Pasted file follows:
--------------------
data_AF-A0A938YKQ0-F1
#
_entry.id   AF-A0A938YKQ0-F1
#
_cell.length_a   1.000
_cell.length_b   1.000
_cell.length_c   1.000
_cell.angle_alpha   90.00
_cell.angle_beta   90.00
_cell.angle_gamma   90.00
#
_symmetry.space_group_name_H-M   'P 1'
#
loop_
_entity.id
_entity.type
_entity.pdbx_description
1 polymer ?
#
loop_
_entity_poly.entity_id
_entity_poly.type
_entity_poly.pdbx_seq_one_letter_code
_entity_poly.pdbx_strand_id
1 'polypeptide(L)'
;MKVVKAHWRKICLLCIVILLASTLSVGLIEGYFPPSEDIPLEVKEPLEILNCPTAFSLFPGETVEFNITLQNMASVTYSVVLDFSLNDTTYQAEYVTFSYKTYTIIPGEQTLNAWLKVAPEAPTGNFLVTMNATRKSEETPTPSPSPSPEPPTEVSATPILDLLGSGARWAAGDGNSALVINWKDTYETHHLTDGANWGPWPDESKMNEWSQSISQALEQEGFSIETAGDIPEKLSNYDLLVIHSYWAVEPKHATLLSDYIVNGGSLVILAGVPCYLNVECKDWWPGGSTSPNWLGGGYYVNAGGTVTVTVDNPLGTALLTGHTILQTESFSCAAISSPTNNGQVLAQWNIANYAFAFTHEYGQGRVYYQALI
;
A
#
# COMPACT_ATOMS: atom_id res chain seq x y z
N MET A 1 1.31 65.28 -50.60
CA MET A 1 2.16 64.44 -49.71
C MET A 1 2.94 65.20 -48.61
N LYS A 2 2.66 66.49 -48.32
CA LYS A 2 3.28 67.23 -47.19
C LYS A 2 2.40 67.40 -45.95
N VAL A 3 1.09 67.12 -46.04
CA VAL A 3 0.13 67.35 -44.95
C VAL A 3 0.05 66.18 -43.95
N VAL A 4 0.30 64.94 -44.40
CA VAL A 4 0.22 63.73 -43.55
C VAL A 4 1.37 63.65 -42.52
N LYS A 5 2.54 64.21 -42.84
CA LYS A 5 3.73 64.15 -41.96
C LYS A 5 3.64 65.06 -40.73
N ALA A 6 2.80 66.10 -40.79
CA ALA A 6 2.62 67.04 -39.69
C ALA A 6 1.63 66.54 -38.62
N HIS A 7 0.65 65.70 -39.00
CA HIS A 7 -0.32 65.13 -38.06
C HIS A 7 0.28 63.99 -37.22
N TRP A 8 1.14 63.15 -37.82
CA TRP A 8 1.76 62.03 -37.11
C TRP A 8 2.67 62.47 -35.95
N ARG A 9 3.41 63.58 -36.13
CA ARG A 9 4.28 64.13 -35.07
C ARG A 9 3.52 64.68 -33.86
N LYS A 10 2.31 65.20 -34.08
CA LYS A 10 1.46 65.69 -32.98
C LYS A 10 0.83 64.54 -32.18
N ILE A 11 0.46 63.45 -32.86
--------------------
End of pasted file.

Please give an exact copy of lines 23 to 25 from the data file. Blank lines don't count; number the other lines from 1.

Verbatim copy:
_entity_poly.pdbx_seq_one_letter_code
_entity_poly.pdbx_strand_id
1 'polypeptide(L)'